|Dad, on his last visit to France, 2014|
This blog has been neglected and I’m sorry. Looking back, I see my last Life in France post was 7thAugust, sharing a day out in Poitiers on the bikes. Summer was in full swing, with endless days of sunshine, heatwaves and drought. Life was busy and cycling was mainly just my commute to the Château, although we did our best to enjoy days out, when we were lucky enough for our days off work to coincide.
As anyone whose family spans more than one country will know, when life in the other ‘home’ throws a curved ball, catching it can feel a bit like juggling two lives in two locations. Fast forward to 7thSeptember and Ed and I were in the departure lounge at La Rochelle airport, awaiting my first flight in almost six years. Our faces were glued to the window watching in disbelief as the rain poured down outside and pooled ominously on the tarmac. The plane we were hoping to board was circling above in an attempt to avoid the eye of the storm.
My head was already full of questions, would the rain ease, would the plane land and would we get to the UK, just added to them, and the sense of foreboding that arrives when you realise life is about to change forever. We were traveling for the saddest of reasons, hoping we’d make it back to be with my Dad before he died. The change in weather certainly reflected my troubled mood.
|Stormy sky La Rochelle, 7th September 2022|
After almost an hour and a half, Flight Radar showed a change in the plane’s overhead track, and it stopped circling, to head south. A little bit of me accepted that if this was it changing course for Bordeaux, the outgoing flight would be cancelled and we wouldn’t be going anywhere, except back home. However, the universe hadn’t given up on us, or Dad, and as the skies cleared a little, the pilot tried once more and this time, landed successfully. As we boarded, we messaged Adrian’s Mum who was waiting for us at Stansted, ready to drive us back to Mum and Dad’s. We were on our way.
Despite the predictions form the hospice district nurse, who was just one of a superb team visiting daily, Dad was not only still fighting when we arrived, but also when we left four days later. The time for real conversations had passed, but he was certainly aware that Ed and I were there, and I’ll never forget the cheeky grin I got from him as I said my final goodbye. A week later, on 17th September, Dad died, in the house that has been the family home for almost fifty years.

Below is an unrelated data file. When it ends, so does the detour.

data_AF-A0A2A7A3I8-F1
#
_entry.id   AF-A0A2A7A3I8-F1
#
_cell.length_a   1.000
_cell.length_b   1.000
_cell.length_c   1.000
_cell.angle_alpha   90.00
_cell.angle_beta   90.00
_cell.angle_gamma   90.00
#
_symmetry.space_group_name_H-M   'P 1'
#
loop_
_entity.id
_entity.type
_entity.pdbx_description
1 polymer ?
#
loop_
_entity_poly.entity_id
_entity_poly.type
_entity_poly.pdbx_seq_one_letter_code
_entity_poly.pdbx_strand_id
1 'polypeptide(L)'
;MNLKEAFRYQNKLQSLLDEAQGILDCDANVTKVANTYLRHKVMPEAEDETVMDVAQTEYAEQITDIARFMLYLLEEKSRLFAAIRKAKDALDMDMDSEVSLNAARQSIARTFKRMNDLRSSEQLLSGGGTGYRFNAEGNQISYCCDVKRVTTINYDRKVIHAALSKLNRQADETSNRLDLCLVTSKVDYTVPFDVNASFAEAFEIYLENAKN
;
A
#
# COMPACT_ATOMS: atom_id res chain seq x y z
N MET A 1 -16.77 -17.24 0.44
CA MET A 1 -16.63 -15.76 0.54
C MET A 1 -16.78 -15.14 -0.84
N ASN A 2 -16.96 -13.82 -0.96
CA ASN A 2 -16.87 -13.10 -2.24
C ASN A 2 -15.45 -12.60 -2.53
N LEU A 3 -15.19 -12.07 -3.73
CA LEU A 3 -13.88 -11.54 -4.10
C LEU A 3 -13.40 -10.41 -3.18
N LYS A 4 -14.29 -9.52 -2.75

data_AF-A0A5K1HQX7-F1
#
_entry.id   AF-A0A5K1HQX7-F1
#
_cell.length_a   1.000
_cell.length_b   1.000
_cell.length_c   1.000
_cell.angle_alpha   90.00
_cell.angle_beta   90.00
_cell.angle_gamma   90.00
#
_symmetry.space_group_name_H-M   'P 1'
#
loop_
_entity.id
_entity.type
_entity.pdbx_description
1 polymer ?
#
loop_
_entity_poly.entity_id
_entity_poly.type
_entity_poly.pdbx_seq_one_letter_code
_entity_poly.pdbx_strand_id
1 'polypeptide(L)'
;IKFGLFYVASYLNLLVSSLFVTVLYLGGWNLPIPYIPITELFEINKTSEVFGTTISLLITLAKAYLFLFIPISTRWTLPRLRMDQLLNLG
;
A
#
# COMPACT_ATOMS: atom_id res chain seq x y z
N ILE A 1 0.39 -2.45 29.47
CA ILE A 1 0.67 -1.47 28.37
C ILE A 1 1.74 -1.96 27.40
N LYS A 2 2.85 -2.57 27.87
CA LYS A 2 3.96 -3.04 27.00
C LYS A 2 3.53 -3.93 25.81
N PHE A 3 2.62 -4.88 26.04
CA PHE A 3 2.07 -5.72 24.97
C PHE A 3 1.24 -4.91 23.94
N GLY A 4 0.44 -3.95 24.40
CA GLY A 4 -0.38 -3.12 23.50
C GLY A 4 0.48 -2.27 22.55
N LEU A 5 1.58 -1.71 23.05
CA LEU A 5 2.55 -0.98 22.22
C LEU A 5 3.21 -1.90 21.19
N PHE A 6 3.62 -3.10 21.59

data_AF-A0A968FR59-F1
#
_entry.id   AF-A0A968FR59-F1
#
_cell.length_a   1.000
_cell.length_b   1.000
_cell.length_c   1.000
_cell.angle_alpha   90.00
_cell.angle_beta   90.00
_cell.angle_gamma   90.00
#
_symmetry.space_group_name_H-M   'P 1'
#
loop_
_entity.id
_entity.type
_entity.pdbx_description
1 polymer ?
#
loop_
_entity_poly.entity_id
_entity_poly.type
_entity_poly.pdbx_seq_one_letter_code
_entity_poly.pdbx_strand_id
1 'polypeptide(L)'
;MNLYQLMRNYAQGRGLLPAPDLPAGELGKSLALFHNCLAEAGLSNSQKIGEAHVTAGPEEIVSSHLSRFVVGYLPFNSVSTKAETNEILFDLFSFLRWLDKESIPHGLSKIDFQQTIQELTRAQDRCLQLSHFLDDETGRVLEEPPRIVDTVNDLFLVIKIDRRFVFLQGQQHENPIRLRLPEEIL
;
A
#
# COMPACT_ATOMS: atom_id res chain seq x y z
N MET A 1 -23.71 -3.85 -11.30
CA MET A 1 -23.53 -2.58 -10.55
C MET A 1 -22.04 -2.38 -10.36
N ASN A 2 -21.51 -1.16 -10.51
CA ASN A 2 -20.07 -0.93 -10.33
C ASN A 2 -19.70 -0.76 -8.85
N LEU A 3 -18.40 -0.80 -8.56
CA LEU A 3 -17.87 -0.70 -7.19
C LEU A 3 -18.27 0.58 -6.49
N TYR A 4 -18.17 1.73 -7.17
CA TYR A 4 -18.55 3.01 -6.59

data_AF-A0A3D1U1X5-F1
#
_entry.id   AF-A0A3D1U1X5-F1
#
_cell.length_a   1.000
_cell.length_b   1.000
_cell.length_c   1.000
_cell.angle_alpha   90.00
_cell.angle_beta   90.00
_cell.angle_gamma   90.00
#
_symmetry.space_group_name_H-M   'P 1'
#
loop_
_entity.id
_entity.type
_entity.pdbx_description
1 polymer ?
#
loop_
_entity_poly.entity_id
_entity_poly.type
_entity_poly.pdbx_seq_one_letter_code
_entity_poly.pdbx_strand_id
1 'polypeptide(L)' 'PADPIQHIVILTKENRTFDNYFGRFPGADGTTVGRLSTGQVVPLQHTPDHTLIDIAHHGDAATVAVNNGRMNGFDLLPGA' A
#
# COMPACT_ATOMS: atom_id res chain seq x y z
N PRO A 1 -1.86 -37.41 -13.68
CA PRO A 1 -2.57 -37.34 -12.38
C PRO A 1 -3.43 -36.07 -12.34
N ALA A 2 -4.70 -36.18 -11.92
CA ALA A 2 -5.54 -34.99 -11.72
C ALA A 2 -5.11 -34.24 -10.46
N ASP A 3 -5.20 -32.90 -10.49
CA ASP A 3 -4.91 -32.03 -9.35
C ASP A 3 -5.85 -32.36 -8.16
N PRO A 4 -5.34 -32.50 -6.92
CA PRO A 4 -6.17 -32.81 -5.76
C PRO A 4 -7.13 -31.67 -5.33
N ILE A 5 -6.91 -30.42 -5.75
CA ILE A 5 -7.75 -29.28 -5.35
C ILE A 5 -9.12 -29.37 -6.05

We come into this life vulnerable, helpless and needing only that those around us love us and keep us comfortable, clean and calm. When age and illness conspire and a body slowly begins to shut down, we come full circle. No matter who we are, where we come from or what we have achieved, all that is important at the end is that we have those we love around us keeping us comfortable, clean and calm.
In years to come, people will ask where you were and what you were doing when the news broke that Queen Elizabeth II had died. My memories will be more poignant than most as I was sitting by Dad’s bedside, holding his hand, and watching his slow breathing. It was an odd feeling grieving for a personal loss as the country was joined in mourning for the Queen.
|Chateau de Javarzay museum|
As I took time to come to terms with losing Dad, the seasons changed from summer to autumn. Overnight, the weather changed too, and October arrived in a swirl of heavy drizzle and gusty winds. It is now the 7th October, the tourist season is almost over at the Château, and this Sunday will be my last day welcoming visitors and sharing our superb museum experience with them. In short, there have been so many recent changes, my mind has struggled to keep up, the words I want to write lost like the sun behind an autumn morning mist.
Thankfully, some things never change and life in the village provides plenty of distractions. With Ed and Pearl visiting last weekend we all went down to the village library for the dictée or afternoon of French dictation. This is always a crowd pleaser (I’m not joking) and we squeezed onto a table together, our pens poised over a new page. This was Ed and Pearl’s first dictée since college, seven years ago, and they were the youngest there by decades, but they entered into it with enthusiasm and a competitive edge too. While it was obvious that I would be the one with the most errors, even I couldn’t help laughing at the hilarity my written French caused Ed (in particular) and Pearl. My problem, they have diagnosed, is that my English ears just don’t hear the difference between the spoken vowels or the silent ‘s’ that everyone else seems to hear, however having just turned fifty-one, I’m not sure there is much I can do to change that now.
C’est la vie !